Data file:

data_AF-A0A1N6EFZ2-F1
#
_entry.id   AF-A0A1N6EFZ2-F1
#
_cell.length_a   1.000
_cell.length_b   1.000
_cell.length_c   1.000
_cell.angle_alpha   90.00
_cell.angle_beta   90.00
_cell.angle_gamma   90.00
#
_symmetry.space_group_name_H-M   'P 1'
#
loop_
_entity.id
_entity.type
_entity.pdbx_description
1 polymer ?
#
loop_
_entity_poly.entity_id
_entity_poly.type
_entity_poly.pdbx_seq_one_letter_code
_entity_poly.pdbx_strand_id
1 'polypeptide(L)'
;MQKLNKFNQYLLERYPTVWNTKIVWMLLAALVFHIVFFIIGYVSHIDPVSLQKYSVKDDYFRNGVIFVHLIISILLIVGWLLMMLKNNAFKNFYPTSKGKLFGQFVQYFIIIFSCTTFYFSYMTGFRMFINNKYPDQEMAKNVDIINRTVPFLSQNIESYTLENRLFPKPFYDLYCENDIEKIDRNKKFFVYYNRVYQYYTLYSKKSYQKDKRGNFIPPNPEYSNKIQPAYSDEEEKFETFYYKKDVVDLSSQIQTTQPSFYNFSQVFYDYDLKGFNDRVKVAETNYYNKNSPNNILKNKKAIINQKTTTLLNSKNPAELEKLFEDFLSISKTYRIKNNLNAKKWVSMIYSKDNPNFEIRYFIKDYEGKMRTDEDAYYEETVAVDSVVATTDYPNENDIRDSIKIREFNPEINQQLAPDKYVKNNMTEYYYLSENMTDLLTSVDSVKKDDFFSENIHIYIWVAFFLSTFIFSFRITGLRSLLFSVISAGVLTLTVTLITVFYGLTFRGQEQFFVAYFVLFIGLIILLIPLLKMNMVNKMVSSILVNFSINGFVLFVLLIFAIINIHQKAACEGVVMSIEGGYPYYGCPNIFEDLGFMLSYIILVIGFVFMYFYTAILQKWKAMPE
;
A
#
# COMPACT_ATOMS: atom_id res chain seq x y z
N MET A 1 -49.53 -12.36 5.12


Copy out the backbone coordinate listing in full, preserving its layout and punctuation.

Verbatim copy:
data_AF-A0A1N6EFZ2-F1
#
_entry.id   AF-A0A1N6EFZ2-F1
#
_cell.length_a   1.000
_cell.length_b   1.000
_cell.length_c   1.000
_cell.angle_alpha   90.00
_cell.angle_beta   90.00
_cell.angle_gamma   90.00
#
_symmetry.space_group_name_H-M   'P 1'
#
loop_
_entity.id
_entity.type
_entity.pdbx_description
1 polymer ?
#
loop_
_entity_poly.entity_id
_entity_poly.type
_entity_poly.pdbx_seq_one_letter_code
_entity_poly.pdbx_strand_id
1 'polypeptide(L)'
;MQKLNKFNQYLLERYPTVWNTKIVWMLLAALVFHIVFFIIGYVSHIDPVSLQKYSVKDDYFRNGVIFVHLIISILLIVGWLLMMLKNNAFKNFYPTSKGKLFGQFVQYFIIIFSCTTFYFSYMTGFRMFINNKYPDQEMAKNVDIINRTVPFLSQNIESYTLENRLFPKPFYDLYCENDIEKIDRNKKFFVYYNRVYQYYTLYSKKSYQKDKRGNFIPPNPEYSNKIQPAYSDEEEKFETFYYKKDVVDLSSQIQTTQPSFYNFSQVFYDYDLKGFNDRVKVAETNYYNKNSPNNILKNKKAIINQKTTTLLNSKNPAELEKLFEDFLSISKTYRIKNNLNAKKWVSMIYSKDNPNFEIRYFIKDYEGKMRTDEDAYYEETVAVDSVVATTDYPNENDIRDSIKIREFNPEINQQLAPDKYVKNNMTEYYYLSENMTDLLTSVDSVKKDDFFSENIHIYIWVAFFLSTFIFSFRITGLRSLLFSVISAGVLTLTVTLITVFYGLTFRGQEQFFVAYFVLFIGLIILLIPLLKMNMVNKMVSSILVNFSINGFVLFVLLIFAIINIHQKAACEGVVMSIEGGYPYYGCPNIFEDLGFMLSYIILVIGFVFMYFYTAILQKWKAMPE
;
A
#
# COMPACT_ATOMS: atom_id res chain seq x y z
N MET A 1 -49.53 -12.36 5.12